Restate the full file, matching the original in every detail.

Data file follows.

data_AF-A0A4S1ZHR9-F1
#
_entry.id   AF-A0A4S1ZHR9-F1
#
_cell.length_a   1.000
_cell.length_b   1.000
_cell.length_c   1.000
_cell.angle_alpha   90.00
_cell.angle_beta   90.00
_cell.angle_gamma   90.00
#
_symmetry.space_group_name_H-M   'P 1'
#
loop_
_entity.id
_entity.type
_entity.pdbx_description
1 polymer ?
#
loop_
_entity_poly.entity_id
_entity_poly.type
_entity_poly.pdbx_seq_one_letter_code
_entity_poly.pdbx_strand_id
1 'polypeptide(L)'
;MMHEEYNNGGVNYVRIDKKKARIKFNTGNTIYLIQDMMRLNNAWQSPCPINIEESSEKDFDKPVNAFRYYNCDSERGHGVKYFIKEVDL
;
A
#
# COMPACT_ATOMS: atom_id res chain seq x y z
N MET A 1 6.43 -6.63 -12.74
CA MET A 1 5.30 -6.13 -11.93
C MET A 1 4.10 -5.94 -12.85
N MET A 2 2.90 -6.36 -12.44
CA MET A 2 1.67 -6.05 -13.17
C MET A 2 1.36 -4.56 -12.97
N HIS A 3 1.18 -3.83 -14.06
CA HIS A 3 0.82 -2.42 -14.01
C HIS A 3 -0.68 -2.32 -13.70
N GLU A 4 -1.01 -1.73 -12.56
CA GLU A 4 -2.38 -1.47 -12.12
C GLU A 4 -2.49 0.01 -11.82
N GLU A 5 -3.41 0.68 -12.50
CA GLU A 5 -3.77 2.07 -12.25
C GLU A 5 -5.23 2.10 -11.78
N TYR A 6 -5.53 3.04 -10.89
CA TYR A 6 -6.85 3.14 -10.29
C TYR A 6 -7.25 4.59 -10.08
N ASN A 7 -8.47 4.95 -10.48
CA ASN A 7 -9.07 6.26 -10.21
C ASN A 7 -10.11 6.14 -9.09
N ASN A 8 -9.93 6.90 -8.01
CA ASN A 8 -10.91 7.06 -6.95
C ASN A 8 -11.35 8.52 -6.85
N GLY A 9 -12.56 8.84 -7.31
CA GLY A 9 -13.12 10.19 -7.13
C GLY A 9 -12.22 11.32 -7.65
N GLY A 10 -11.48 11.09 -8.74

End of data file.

data_AF-A0A4S1ZHR9-F1
#
_entry.id   AF-A0A4S1ZHR9-F1
#
_cell.length_a   1.000
_cell.length_b   1.000
_cell.length_c   1.000
_cell.angle_alpha   90.00
_cell.angle_beta   90.00
_cell.angle_gamma   90.00
#
_symmetry.space_group_name_H-M   'P 1'
#
loop_
_entity.id
_entity.type
_entity.pdbx_description
1 polymer ?
#
loop_
_entity_poly.entity_id
_entity_poly.type
_entity_poly.pdbx_seq_one_letter_code
_entity_poly.pdbx_strand_id
1 'polypeptide(L)'
;MMHEEYNNGGVNYVRIDKKKARIKFNTGNTIYLIQDMMRLNNAWQSPCPINIEESSEKDFDKPVNAFRYYNCDSERGHGVKYFIKEVDL
;
A
#
# COMPACT_ATOMS: atom_id res chain seq x y z
N MET A 1 6.43 -6.63 -12.74
CA MET A 1 5.30 -6.13 -11.93
C MET A 1 4.10 -5.94 -12.85
N MET A 2 2.90 -6.36 -12.44
CA MET A 2 1.67 -6.05 -13.17
C MET A 2 1.36 -4.56 -12.97
N HIS A 3 1.18 -3.83 -14.06
CA HIS A 3 0.82 -2.42 -14.01
C HIS A 3 -0.68 -2.32 -13.70
N GLU A 4 -1.01 -1.73 -12.56
CA GLU A 4 -2.38 -1.47 -12.12
C GLU A 4 -2.49 0.01 -11.82
N GLU A 5 -3.41 0.68 -12.50
CA GLU A 5 -3.77 2.07 -12.25
C GLU A 5 -5.23 2.10 -11.78
N TYR A 6 -5.53 3.04 -10.89
CA TYR A 6 -6.85 3.14 -10.29
C TYR A 6 -7.25 4.59 -10.08
N ASN A 7 -8.47 4.95 -10.48
CA ASN A 7 -9.07 6.26 -10.21
C ASN A 7 -10.11 6.14 -9.09
N ASN A 8 -9.93 6.90 -8.01
CA ASN A 8 -10.91 7.06 -6.95
C ASN A 8 -11.35 8.52 -6.85
N GLY A 9 -12.56 8.84 -7.31
CA GLY A 9 -13.12 10.19 -7.13
C GLY A 9 -12.22 11.32 -7.65
N GLY A 10 -11.48 11.09 -8.74